Barrick Gold (GOLD)
Barrick Gold is a $37 billion sector-leading gold company. It operates mines in 18 countries across the world with a focus on high-margin, long-life assets.
Barrick’s Q1 results reflect that asset quality, as well as the company’s success in driving profitability and shareholder value. During the quarter, free cash flow clocked in at $393 million. On the strength of those results, Barrick doubled its quarterly dividend.
The stock currently offers a dividend yield of 1.9%.
Gold Fields (GFI)
Gold Fields is a South African gold producer with a market cap of $12 billion. The company has total annual gold-equivalent production of 2.2 million ounces and gold-equivalent mineral reserves of 52.1 million ounces.
Gold Fields’ operating efficiency is high and while the stock’s price multiples are low — a nice combination for prospective investors.
In 2021, the company achieved a return on equity of 20% and generated adjusted free cash flow of $463 million. This performance is tied to the high quality of the company’s asset base, as well as solid execution by management.
Meanwhile, the stock looks relatively inexpensive. Currently, it sports a P/E of 12 and offers a dividend yield of 2.8%.
Agnico-Eagle Mines (AEM)
Gold companies often operate in politically unstable regions of the world. This political risk can outweigh any “safe-haven” benefits gained from investing in gold. If you don’t want to take on this added uncertainty, consider Agnico-Eagle Mines.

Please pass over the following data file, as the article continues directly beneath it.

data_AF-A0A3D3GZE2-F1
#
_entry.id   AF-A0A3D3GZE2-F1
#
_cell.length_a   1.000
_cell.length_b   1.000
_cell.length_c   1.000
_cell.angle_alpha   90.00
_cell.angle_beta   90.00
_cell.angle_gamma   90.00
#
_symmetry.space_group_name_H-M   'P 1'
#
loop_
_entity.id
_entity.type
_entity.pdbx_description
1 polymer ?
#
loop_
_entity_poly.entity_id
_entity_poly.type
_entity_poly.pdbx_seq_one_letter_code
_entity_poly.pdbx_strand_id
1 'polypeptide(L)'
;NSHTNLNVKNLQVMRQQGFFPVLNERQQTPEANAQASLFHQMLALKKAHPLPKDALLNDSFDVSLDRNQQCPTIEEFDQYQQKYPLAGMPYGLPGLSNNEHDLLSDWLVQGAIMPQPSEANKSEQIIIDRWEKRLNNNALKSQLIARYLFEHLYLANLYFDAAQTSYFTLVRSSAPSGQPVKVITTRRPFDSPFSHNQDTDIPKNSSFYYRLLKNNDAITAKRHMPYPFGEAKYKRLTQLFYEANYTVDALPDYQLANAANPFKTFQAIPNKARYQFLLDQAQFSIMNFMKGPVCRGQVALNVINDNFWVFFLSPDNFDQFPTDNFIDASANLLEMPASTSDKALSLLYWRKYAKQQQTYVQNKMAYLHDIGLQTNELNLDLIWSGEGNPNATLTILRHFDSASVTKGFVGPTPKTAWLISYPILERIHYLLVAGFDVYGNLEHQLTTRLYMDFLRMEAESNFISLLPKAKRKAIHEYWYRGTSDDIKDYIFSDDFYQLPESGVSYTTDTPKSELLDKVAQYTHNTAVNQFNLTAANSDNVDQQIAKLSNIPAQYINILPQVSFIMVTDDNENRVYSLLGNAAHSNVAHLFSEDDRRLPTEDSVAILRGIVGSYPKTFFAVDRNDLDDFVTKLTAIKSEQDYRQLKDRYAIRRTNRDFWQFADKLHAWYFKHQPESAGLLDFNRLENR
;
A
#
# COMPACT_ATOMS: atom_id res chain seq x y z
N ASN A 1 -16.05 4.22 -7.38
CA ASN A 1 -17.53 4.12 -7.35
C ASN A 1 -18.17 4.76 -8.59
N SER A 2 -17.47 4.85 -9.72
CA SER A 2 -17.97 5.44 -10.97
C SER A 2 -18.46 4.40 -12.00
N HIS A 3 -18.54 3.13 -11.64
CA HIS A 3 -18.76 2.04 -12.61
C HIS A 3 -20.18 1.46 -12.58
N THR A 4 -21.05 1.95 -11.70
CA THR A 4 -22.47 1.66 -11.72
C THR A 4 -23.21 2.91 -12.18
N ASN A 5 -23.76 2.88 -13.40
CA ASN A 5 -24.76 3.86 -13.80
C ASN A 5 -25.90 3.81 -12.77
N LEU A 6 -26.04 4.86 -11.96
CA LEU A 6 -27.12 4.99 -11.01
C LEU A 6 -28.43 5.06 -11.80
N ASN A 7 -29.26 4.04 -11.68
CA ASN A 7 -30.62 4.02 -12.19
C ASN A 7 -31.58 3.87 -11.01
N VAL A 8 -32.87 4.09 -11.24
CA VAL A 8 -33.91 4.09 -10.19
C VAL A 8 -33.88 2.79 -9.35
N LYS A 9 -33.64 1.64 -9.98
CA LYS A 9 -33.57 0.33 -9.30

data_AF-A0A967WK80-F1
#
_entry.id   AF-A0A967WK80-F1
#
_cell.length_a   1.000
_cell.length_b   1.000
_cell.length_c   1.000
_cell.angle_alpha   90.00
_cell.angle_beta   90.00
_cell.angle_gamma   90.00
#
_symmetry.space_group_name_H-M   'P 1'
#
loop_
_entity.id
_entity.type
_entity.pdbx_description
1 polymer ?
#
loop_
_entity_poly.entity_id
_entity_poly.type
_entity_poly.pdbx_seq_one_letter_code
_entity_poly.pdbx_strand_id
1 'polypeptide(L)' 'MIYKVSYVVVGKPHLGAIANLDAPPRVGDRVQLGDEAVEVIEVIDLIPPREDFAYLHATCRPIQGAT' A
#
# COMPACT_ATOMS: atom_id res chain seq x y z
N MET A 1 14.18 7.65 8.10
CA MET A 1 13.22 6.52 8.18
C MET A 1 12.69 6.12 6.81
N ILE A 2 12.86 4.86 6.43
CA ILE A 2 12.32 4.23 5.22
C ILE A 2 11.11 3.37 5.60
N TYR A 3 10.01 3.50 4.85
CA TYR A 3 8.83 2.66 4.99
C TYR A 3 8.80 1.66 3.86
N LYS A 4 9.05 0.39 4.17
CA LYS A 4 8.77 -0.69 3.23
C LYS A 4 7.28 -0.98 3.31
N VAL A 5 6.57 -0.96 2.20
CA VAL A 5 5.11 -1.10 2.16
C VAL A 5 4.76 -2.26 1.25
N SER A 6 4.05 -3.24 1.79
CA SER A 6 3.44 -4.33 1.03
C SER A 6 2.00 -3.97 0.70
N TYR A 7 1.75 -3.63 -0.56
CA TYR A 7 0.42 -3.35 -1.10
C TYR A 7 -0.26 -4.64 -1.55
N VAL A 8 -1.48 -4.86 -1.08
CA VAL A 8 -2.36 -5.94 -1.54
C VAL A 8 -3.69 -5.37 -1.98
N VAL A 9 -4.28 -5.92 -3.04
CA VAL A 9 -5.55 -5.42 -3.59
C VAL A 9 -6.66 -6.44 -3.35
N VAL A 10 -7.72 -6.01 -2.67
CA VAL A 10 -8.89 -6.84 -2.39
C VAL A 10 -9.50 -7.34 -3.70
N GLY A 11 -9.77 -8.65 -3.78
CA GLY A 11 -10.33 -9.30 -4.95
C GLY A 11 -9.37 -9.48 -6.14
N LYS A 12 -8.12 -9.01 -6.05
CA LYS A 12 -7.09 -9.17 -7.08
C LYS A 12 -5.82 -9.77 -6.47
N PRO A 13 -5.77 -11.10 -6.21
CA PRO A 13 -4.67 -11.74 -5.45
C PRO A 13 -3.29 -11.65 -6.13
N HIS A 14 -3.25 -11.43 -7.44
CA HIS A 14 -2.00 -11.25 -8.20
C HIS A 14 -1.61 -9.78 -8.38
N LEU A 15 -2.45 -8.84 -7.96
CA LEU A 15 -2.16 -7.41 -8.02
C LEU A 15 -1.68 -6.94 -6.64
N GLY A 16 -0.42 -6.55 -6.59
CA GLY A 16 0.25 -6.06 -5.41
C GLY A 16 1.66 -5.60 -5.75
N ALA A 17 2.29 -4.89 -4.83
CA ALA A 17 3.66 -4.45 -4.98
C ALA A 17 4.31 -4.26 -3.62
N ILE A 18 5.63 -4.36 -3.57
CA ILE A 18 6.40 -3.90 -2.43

Agnico is a Canadian senior gold company with a market cap of $23 billion. It boasts operations in relatively stable countries including Canada, Finland and Mexico.
In 2021, the company posted record annual gold production, record annual operating cash flow of $1.3 billion record mineral reserves. Agnico also extended its impressive dividends-paid streak to 38 consecutive years.
Currently, the stock offers a dividend yield of 3.0%.
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Fine art as an investment
Stocks can be volatile, cryptos make big swings to either side, and even gold is not immune to the market’s ups and downs.
That’s why if you are looking for the ultimate hedge, it could be worthwhile to check out a real, but overlooked asset: fine art.
Contemporary artwork has outperformed the S&P 500 by a commanding 174% over the past 25 years, according to the Citi Global Art Market chart.
And it’s becoming a popular way to diversify because it’s a real physical asset with little correlation to the stock market.
On a scale of -1 to +1, with 0 representing no link at all, Citi found the correlation between contemporary art and the S&P 500 was just 0.12 during the past 25 years.
Earlier this year, Bank of America investment chief Michael Harnett singled out artwork as a sharp way to outperform over the next decade — due largely to the asset’s track record as an inflation hedge.
Investing in art by the likes of Banksy and Andy Warhol used to be an option only for the ultrarich. But with a new investing platform, you can invest in iconic artworks just like Jeff Bezos and Bill Gates do.